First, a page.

The PMI is a composite gauge that tracks the operating conditions in non-oil private sector economies.
The latest index figures show that sales moved slightly closer to stabilisation and the overall drop in business output was the softest recorded since February, said IHS.
The index revealed that firms became more confident about future output in May as expectations rose to levels unprecedented in the past three years.
Despite the positive indicators, the PMI saw further deterioration in business conditions across Egypt’s non-oil sector in May, marking the third consecutive drop in five months, according to IHS Markit.
The drop extends the downturn witnessed in the sector since the end of 2020, IHS Markit added.
Furthermore, the index signalled a sixth consecutive monthly decline in the health of the non-oil sector, led by further decreases in output and new businesses.
However, the decrease in May was the softest recorded in three months, as reports of weak demand were partially offset by improvements in market conditions in some areas of the Egyptian economy.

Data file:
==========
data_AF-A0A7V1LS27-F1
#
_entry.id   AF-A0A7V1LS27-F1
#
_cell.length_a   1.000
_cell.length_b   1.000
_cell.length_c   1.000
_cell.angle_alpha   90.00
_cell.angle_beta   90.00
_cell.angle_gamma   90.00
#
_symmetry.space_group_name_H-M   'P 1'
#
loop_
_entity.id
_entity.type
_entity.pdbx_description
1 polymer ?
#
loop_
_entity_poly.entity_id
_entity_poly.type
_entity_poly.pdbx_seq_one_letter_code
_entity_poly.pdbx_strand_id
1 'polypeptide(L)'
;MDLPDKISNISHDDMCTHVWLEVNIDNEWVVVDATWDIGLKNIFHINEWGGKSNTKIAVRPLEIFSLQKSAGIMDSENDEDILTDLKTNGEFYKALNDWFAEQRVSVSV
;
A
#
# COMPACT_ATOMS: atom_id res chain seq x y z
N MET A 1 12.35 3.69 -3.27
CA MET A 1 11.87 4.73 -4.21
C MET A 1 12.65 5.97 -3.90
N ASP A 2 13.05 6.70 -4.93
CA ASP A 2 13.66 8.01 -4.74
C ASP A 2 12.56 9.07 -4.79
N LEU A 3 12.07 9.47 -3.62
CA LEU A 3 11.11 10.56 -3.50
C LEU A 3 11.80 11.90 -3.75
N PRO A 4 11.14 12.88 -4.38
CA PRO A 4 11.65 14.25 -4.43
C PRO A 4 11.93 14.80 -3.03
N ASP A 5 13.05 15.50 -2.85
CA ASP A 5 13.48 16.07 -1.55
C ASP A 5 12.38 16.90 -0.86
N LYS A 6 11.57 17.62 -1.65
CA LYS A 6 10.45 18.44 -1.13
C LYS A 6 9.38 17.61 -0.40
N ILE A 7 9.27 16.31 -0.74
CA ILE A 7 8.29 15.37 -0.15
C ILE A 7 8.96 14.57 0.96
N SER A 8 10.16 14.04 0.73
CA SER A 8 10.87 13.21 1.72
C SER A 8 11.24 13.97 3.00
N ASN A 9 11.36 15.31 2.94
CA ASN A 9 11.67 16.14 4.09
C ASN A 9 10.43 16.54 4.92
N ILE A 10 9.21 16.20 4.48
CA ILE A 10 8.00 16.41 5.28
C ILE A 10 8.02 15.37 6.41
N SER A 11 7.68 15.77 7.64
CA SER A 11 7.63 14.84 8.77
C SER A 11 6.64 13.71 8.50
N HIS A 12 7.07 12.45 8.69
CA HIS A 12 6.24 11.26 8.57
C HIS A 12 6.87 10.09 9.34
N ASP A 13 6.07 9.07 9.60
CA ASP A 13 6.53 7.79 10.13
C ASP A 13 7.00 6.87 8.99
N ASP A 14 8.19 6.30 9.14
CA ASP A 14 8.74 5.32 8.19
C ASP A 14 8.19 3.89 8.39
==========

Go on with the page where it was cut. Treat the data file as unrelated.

Meanwhile, new order inflows fell for the sixth month in a row, but to the least level since February.
“Customer demand was weakened by the COVID-19 pandemic. That said, there was some positivity from export orders which rose solidly. Despite output remaining weak, there was notable optimism among Egyptian companies for the year ahead, as the outlook for business activity improved to the strongest since February 2018. A recovery in market conditions from the pandemic was commonly seen as a key driver of growth over coming months,” IHS explained.
The index demonstrated that new input purchases in Egypt’s non-oil sector dropped, driven by weak demand in May, although the latest decline was the softest seen in the past six months.
IHS noted that there is a sign that some companies had started to rebuild their stocks, with overall inventories pushed closer to stabilisation after a four-month contraction.
It said that input shortages and higher freight costs increased purchase prices, which rose at the fastest pace since September 2019, following April's recent peak.
“Several firms passed these costs onto their customers during the month, although others opted to absorb input prices in order to keep their charges low. As a result, output prices rose only modestly,” stated IHS Markit.